Brussels / The European Union and the United Kingdom have agreed on a Brexit deal following marathon, last-minute negotiations, Prime Minister Boris Johnson and EU Commission chief Jean-Claude Juncker said Thursday.
Johnson had hoped to land an agreement in time for the European Council summit taking place over the next two days in order to submit it to a vote in the House of Commons by Saturday.
“We’ve got a great new deal that takes back control — now Parliament should get Brexit done on Saturday so we can move on to other priorities like the cost of living, the NHS, violent crime and our environment,” a message shared on the Conservative Party PM’s Twitter page said.
“This new deal ensures that we take back control of our laws, borders, money and trade without disruption and established a new relationship with the EU based on free trade and friendly cooperation.
“Te anti-democratic backstop has been abolished. The people of Northern Ireland will be in charge of the laws that they live by, and — unlike the backstop — will have the right to end the special arrangement if they so choose.”
Johnson has repeatedly insisted that his government would deliver Brexit by 31 October.
One of the main stumbling blocks for negotiators was how to replace the Irish backstop in the previous withdrawal deal, a policy that would have ensured a soft border between Northern Ireland and the Republic of Ireland by keeping the former in a kind of customs union.
The measure proved unpopular with Brexit-supporting Tory MPs and ultimately led to former PM Theresa May’s downfall.
“The negotiators reached an agreement on a revised Protocol on Ireland/Northern Ireland and on a revised Political Declaration on 17 October 2019,” Juncker said in a letter to Donald Tusk, president of the European Council.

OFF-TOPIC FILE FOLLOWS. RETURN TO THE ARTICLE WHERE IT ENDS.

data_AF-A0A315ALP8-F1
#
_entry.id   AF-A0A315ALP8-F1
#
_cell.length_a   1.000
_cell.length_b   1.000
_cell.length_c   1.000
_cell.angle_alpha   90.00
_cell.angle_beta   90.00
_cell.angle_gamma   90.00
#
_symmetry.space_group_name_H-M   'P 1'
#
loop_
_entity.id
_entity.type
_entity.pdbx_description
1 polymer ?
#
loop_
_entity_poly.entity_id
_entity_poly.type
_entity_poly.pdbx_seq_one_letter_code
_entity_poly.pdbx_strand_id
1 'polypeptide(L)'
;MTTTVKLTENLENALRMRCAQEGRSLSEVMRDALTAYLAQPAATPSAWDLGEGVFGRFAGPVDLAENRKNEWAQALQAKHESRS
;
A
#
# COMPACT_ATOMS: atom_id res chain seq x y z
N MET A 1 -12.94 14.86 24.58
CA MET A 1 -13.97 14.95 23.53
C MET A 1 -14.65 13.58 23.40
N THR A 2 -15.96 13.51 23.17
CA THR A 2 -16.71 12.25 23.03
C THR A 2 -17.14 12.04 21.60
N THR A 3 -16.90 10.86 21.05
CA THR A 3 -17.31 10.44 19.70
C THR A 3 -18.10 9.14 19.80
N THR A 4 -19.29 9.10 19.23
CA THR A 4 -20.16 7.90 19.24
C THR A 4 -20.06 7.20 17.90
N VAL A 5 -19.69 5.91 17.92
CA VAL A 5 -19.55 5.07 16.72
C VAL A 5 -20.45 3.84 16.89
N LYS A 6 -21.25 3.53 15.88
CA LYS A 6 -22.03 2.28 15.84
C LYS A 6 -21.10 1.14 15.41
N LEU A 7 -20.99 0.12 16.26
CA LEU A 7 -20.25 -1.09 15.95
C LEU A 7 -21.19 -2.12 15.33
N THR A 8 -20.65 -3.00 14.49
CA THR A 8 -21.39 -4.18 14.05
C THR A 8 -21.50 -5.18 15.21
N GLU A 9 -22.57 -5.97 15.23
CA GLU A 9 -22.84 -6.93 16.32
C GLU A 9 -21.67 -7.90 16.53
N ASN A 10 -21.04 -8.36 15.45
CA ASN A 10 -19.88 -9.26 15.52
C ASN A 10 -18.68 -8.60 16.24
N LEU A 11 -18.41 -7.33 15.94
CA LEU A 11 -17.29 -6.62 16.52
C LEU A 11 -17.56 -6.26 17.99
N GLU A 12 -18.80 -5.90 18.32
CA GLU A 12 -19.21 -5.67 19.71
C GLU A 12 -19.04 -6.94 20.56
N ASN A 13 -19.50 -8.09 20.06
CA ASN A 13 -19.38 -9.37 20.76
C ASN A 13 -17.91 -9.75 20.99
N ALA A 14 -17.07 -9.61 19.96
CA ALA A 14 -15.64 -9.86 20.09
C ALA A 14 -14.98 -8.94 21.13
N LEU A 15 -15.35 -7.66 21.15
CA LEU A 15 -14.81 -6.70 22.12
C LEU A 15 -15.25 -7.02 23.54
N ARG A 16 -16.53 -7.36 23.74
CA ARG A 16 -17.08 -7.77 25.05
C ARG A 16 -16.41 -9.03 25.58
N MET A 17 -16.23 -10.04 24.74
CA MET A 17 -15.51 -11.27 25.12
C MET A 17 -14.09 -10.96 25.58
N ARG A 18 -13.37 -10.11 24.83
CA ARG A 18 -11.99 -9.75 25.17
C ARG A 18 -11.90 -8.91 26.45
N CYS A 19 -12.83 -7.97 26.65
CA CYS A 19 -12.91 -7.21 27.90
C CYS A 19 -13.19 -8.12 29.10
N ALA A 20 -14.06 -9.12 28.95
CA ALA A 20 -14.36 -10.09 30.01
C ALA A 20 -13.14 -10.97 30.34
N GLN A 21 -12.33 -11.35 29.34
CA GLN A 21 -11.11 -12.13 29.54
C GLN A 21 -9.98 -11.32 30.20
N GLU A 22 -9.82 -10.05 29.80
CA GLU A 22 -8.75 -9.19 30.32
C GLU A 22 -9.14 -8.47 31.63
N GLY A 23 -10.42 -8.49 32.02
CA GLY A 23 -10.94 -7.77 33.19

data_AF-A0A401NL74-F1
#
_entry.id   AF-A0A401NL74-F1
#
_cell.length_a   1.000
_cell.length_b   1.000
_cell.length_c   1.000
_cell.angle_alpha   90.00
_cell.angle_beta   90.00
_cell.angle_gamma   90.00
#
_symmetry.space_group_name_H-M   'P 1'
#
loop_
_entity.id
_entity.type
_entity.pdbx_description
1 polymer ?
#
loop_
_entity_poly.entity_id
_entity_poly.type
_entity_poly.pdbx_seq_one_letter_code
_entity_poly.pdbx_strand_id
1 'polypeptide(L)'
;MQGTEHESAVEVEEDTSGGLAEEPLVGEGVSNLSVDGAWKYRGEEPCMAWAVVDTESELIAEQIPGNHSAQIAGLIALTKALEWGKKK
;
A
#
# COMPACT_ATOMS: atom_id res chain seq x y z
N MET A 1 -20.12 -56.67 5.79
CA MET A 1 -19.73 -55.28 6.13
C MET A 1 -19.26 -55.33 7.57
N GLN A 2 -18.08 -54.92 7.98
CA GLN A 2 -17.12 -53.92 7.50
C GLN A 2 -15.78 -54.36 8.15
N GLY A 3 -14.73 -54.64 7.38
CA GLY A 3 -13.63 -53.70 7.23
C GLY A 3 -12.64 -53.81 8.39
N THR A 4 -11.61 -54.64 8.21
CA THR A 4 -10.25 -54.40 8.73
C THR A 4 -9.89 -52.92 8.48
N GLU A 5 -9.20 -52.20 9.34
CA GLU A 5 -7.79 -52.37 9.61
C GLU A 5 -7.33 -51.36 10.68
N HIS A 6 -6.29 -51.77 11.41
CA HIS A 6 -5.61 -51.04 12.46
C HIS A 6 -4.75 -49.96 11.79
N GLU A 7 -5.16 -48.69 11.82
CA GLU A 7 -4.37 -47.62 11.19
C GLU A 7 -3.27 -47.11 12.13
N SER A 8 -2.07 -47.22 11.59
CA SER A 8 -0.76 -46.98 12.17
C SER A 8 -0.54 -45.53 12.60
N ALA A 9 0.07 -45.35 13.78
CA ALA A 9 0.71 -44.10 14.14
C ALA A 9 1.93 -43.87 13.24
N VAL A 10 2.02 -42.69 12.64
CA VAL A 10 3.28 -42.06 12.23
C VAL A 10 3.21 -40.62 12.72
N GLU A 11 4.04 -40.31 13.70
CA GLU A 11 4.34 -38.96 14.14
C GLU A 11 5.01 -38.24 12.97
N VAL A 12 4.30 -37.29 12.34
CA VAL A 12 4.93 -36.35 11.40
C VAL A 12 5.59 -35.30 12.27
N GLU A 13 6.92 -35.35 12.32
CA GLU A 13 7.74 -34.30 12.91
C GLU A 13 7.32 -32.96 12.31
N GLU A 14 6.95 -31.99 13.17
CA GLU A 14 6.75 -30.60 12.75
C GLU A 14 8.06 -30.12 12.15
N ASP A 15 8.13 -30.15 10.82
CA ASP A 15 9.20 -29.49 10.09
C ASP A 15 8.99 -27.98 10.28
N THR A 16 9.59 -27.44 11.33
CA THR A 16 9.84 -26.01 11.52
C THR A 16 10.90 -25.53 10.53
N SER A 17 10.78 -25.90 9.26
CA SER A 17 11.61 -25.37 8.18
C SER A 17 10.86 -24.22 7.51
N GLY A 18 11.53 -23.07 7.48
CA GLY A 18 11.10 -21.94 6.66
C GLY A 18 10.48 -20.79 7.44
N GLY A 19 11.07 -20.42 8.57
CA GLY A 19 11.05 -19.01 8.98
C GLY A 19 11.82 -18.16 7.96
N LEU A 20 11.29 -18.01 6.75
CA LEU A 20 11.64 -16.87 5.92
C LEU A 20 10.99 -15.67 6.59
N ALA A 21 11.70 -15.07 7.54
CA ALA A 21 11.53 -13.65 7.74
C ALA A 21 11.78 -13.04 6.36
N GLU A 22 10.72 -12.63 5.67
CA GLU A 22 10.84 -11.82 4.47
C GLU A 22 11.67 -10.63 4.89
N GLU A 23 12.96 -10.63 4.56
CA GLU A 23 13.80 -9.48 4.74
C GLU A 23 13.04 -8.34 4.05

“I recommend that the European Council endorsed the revised Withdrawal Agreement and Political Declaration at its forthcoming meeting.
“As I have indicated to you in the past, I believe it is high time to complete the withdrawal process and move on, as swiftly as possible.”
However, the deal was greeted with a cold reception from the leader of the UK’s Labour Party, Jeremy Corbyn.
“From what we know, it seems the prime minister has negotiated an even worse deal than Theresa May’s, which was overwhelmingly rejected. These proposals risk triggering a race to the bottom on rights and protections.
“This sell-out deal won’t bring the country together and should be rejected. The best way to get Brexit sorted is to give the people the final say in a public vote,” the head of the UK’s official opposition said.
Earlier, the Democratic Unionist Party, a Northern Irish outfit that props up Johnson’s minority government in Parliament, said it could not yet support for the Brexit deal until some details, including VAT arrangements, were ironed out.
“We have been involved in ongoing discussions with the Government. As things stand, we could not support what is being suggested on customs and consent issues and there is a lack of clarity on VAT,” a statement from DUP leader Arlene Foster and the party’s Commons leader, Nigel Dodds, said.
“We will continue to work with the Government to try and get a sensible deal that works for Northern Ireland and protects the economic and constitutional integrity of the United Kingdom.
If the agreement is approved by the Council, Johnson will bring it before the House of Commons.
However, should UK lawmakers reject the revised agreement, he may be forced to ask the EU for an extension, as per a law passed by the opposition last month. (October 17, 2019, EFE/Practica Español)
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